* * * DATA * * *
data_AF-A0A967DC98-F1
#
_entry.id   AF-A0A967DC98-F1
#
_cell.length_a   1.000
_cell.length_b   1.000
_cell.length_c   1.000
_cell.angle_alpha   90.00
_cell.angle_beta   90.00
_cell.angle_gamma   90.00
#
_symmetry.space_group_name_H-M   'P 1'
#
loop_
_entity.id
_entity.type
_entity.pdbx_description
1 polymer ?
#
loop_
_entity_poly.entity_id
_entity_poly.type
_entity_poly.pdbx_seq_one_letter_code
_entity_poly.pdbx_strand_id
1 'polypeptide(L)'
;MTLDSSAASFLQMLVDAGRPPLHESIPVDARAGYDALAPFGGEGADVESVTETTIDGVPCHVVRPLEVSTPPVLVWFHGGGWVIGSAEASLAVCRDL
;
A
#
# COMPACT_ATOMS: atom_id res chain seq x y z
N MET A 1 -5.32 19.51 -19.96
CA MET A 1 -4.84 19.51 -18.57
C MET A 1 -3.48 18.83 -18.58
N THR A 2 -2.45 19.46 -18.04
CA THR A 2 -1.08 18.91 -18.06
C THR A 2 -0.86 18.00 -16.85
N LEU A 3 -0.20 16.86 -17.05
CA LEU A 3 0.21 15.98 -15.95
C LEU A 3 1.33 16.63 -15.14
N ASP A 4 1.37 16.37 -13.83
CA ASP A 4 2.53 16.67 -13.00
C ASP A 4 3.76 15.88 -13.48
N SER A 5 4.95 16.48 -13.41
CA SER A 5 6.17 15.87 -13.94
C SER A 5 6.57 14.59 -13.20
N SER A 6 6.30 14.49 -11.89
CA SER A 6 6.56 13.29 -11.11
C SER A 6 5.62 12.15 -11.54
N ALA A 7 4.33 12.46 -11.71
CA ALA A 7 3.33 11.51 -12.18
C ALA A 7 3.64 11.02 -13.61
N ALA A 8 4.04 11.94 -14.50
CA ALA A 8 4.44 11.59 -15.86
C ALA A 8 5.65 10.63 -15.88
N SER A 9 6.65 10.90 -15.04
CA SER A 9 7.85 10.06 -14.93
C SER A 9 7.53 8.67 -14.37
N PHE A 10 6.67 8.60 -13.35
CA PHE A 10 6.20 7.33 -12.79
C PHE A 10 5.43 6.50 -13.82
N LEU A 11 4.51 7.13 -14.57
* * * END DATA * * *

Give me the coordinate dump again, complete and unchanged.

data_AF-A0A967DC98-F1
#
_entry.id   AF-A0A967DC98-F1
#
_cell.length_a   1.000
_cell.length_b   1.000
_cell.length_c   1.000
_cell.angle_alpha   90.00
_cell.angle_beta   90.00
_cell.angle_gamma   90.00
#
_symmetry.space_group_name_H-M   'P 1'
#
loop_
_entity.id
_entity.type
_entity.pdbx_description
1 polymer ?
#
loop_
_entity_poly.entity_id
_entity_poly.type
_entity_poly.pdbx_seq_one_letter_code
_entity_poly.pdbx_strand_id
1 'polypeptide(L)'
;MTLDSSAASFLQMLVDAGRPPLHESIPVDARAGYDALAPFGGEGADVESVTETTIDGVPCHVVRPLEVSTPPVLVWFHGGGWVIGSAEASLAVCRDL
;
A
#
# COMPACT_ATOMS: atom_id res chain seq x y z
N MET A 1 -5.32 19.51 -19.96
CA MET A 1 -4.84 19.51 -18.57
C MET A 1 -3.48 18.83 -18.58
N THR A 2 -2.45 19.46 -18.04
CA THR A 2 -1.08 18.91 -18.06
C THR A 2 -0.86 18.00 -16.85
N LEU A 3 -0.20 16.86 -17.05
CA LEU A 3 0.21 15.98 -15.95
C LEU A 3 1.33 16.63 -15.14
N ASP A 4 1.37 16.37 -13.83
CA ASP A 4 2.53 16.67 -13.00
C ASP A 4 3.76 15.88 -13.48
N SER A 5 4.95 16.48 -13.41
CA SER A 5 6.17 15.87 -13.94
C SER A 5 6.57 14.59 -13.20
N SER A 6 6.30 14.49 -11.89
CA SER A 6 6.56 13.29 -11.11
C SER A 6 5.62 12.15 -11.54
N ALA A 7 4.33 12.46 -11.71
CA ALA A 7 3.33 11.51 -12.18
C ALA A 7 3.64 11.02 -13.61
N ALA A 8 4.04 11.94 -14.50
CA ALA A 8 4.44 11.59 -15.86
C ALA A 8 5.65 10.63 -15.88
N SER A 9 6.65 10.90 -15.04
CA SER A 9 7.85 10.06 -14.93
C SER A 9 7.53 8.67 -14.37
N PHE A 10 6.67 8.60 -13.35
CA PHE A 10 6.20 7.33 -12.79
C PHE A 10 5.43 6.50 -13.82
N LEU A 11 4.51 7.13 -14.57